Calico - (Dyed with coffee )In a large bowl, mix about 8 teaspoons of coffee with a mug of boiling water. Add the calico and soak for a few minutes. Wring out some of the liquid and then place the wet fabric on a baking tray in a moderate oven. Bake for about 15 minutes , then turn over and repeat. The fabric needs to be in a crumpled heap, not flat. Don't leave the room or you might have a fire! Hang out to dry and watch your neighbours faces!

Cut or tear the fabric to your measurements, you'll need two pieces.(One is for the lining)

Black Felt- Cut one piece slightly smaller than your measurements, so it doesn't show.

Chiffon -could be black, or whatever goes with your colour scheme.

Paper- This could be newspaper painted with coffee, oiled paper, try brown wrapping paper or photocopies (just rub Almond oil, available from the chemist, into the paper and it morphs into something completely different, lovely semi- translucent papers that will take stitch. Best thing is , it also makes your hands lovely and soft!)

On the left of the picture below you can see the papers before the oil was rubbed in.

Place the felt, flat on the table and cover with one piece of calico. Then tear strips of paper and pin in place .Next, cover the whole thing with chiffon and pin into place.
Now, using quite a wide stitch, machine the chiffon,strips of paper, calico and felt together.
You could use hand stitching and use decorative threads instead.

The next step is to zap the chiffon with a heat gun, careful though because the paper resists the heat so you might need to snip the chiffon in those areas to help things along.

When you're happy with your work, turn it over so that the felt is uppermost and pin the lining in place. I usually hand stitch this in place, about a quarter inch from the edge.
Do you want to add a 'belt' around the Bookwrap? Here are some ideas.

Or perhaps some cords to hold the wrap in place.

On some of my bookwraps, I've transferred photocopied images onto the calico before adding the paper strips. I also did this to make the 'belt' in the picture at the start of this post.

These are just a few suggestions, I'd love to see what you can come up with!

Wednesday, 11 June 2008

Cotswold Embroiderers Guild at Sudeley Castle

The Cotswold branch of the Embroiderers Guild are at Sudeley Castle ( for two weeks from 7th.-21st.June. We're in the same room as the 'Threads of Time' Exhibition.

Various members are demonstrating different techniques whilst chatting to visitors and hopefully recruiting new members!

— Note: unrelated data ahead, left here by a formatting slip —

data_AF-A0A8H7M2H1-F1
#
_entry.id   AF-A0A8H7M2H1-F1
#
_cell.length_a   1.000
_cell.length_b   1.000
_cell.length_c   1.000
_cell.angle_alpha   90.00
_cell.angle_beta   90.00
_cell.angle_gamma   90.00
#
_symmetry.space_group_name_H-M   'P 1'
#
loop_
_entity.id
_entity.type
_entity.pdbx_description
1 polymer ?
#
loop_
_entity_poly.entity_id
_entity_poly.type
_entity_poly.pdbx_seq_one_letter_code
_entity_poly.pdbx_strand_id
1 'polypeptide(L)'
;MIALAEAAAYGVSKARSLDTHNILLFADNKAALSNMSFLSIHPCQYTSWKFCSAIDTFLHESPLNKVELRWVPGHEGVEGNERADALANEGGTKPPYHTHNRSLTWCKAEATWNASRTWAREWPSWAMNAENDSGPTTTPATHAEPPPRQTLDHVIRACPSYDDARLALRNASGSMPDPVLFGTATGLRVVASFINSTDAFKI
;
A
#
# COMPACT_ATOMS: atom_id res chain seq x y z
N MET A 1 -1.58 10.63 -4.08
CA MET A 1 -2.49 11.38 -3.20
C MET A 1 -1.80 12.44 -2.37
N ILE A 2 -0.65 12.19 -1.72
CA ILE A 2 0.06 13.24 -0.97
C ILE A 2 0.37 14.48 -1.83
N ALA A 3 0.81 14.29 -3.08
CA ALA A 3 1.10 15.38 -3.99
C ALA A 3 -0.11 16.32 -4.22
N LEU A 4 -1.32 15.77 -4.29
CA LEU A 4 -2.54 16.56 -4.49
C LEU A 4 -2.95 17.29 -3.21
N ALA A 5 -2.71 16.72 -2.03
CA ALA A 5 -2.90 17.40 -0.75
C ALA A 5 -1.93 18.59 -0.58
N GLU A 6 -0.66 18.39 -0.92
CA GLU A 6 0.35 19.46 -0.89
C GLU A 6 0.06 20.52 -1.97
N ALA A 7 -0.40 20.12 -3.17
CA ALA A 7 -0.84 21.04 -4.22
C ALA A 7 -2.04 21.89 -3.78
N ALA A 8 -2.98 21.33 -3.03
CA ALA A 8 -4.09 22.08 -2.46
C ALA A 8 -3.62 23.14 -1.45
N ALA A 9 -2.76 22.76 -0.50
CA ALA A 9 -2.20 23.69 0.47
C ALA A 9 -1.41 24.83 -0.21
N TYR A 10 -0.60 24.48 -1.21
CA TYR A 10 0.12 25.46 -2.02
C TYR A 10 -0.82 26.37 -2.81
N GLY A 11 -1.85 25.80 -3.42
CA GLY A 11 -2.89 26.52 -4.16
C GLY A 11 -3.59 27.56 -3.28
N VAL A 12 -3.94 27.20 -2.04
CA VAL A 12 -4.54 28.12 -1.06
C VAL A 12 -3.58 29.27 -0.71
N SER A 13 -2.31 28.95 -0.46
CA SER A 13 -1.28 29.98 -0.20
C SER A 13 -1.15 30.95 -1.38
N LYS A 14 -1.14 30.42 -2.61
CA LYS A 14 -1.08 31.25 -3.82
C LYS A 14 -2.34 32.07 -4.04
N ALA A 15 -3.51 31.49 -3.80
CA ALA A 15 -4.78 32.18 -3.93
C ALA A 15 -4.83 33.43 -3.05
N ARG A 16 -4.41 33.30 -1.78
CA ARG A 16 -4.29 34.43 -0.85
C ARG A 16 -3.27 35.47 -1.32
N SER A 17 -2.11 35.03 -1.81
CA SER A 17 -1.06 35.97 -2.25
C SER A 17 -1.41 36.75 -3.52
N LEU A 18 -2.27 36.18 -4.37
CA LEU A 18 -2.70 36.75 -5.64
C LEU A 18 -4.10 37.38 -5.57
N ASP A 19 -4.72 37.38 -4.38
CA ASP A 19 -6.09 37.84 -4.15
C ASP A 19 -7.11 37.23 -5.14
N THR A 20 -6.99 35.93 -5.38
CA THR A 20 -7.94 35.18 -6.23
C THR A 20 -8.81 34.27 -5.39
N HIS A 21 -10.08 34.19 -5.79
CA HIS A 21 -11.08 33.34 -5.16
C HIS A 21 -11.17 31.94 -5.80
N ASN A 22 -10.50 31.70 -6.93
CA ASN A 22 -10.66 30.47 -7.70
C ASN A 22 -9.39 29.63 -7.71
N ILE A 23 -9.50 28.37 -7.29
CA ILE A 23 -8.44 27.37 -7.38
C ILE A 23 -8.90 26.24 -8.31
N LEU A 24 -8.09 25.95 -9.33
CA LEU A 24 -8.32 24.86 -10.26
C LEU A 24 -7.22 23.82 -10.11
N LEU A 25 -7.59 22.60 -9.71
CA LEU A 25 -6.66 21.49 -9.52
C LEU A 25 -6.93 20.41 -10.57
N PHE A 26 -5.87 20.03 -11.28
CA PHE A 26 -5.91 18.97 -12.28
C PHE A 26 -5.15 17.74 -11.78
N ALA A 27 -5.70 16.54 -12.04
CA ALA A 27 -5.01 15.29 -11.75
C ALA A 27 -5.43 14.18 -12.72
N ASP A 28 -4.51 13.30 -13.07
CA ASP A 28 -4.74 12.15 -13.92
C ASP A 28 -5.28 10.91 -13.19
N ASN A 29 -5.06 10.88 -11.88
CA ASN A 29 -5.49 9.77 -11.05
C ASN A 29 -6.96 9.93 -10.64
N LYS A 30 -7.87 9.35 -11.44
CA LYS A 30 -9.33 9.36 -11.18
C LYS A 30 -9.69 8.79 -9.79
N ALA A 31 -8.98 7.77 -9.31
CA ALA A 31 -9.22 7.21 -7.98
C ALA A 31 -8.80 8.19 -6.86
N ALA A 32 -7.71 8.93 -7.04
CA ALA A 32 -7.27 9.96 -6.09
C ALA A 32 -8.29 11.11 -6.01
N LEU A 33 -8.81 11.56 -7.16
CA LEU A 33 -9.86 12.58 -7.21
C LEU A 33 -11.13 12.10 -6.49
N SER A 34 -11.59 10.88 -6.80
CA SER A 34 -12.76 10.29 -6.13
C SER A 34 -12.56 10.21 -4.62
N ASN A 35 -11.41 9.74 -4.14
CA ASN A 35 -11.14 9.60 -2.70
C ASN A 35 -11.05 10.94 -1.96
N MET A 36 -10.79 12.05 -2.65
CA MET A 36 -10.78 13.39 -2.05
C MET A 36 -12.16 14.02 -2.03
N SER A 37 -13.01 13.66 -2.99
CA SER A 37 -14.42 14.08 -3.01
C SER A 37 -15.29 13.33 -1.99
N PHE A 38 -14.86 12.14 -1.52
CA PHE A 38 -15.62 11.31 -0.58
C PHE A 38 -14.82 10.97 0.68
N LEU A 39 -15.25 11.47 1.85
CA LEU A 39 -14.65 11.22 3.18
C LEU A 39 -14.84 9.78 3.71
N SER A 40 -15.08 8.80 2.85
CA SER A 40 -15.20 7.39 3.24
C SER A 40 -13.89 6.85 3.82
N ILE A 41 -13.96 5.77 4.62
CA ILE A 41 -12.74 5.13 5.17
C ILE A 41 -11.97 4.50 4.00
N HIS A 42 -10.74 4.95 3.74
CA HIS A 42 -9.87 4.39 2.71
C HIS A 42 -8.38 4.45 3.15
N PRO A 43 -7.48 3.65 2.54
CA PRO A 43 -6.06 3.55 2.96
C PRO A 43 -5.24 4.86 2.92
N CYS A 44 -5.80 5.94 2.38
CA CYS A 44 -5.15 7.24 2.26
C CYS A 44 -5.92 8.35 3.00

This lovely Stumpwork casket is one of the treasures of Sudeley Castle. Sorry the pictures aren't too clear but I had to take them through glass.

There are so many interesting things to see, including a display of costume on models of King Henry 8th and all his wives, including his widow Queen Katherine Parr, who lived at Sudeley after his death.

When I'd finished my stint in the exhibition, I went for a little wander around . . . .This picture shows the view through a window in the ruined banqueting hall.

Now this is nothing to do with Sudeley, but I just had to show you my fabulous necklace, made by a local artist Jo Dewar, she makes some really cool stuff.

Just a note to finish, have you looked at Maggie Grey's fantastic blog? There is so much on there, all sorts of juicy techniques and she's really funny with it!

Sunday, 8 June 2008

The Shoe Fairy

I found these pictures while I was browsing my photo album and thought I'd put them on my blog to remind me of all the fun I've had making shoes for Fairies.

The story of Skillywidden.

When we were in Cornwall last year, I bought a book of Cornish Tales. These folk stories were collected by Robert Hunt in the nineteenth century, which is great because they would probably have disappeared otherwise.
I decided to make a book about one of the tales, 'Skillywidden.' In my version, the fairy runs away and leaves his shoes behind.
I made the cover of the book on my Embellisher, using strips of torn fabric which I felted into some velvet.

This page shows the church of St. Sennara at Zennor, where the story is set.

The text was printed onto calico and each page was covered with fine tulle before being decorated.

Fairy Shoes workshop at Blue Ginger

I had such a nice day on Tuesday. We were
making Fairy Shoes at my friend Sue's gallery.

It's always fun working in amongst all the beautiful things on display.
Trouble is I always want to buy everything , who could resist these necklaces? I think the green and orange one was meant to be worn with my new 'posh' top. It's so pretty, the beads are made from small felt balls which have been sliced to reveal lovely patterns and colours inside.
There are lots of glass beads sewn onto the felt ones. Shall I buy it, what do you think?

Each little pair of shoes is different, I love how they are magically transformed, from shapes cut out of fabric, into beautiful footwear
The shoes are a bit fiddly to make ,but I love to play with a basket of precious 'goodies' as I decorate them. It's a chance to go really over the top!

Lunch was served in Sue's 15th. century farm kitchen. We had home made quiche and salad, followed by the most delicious ice-cream. I shouldn't have, but I did, to be polite. . . . As we wandered back to work the two Pot-bellied pigs were watching us through the gate. . . . . .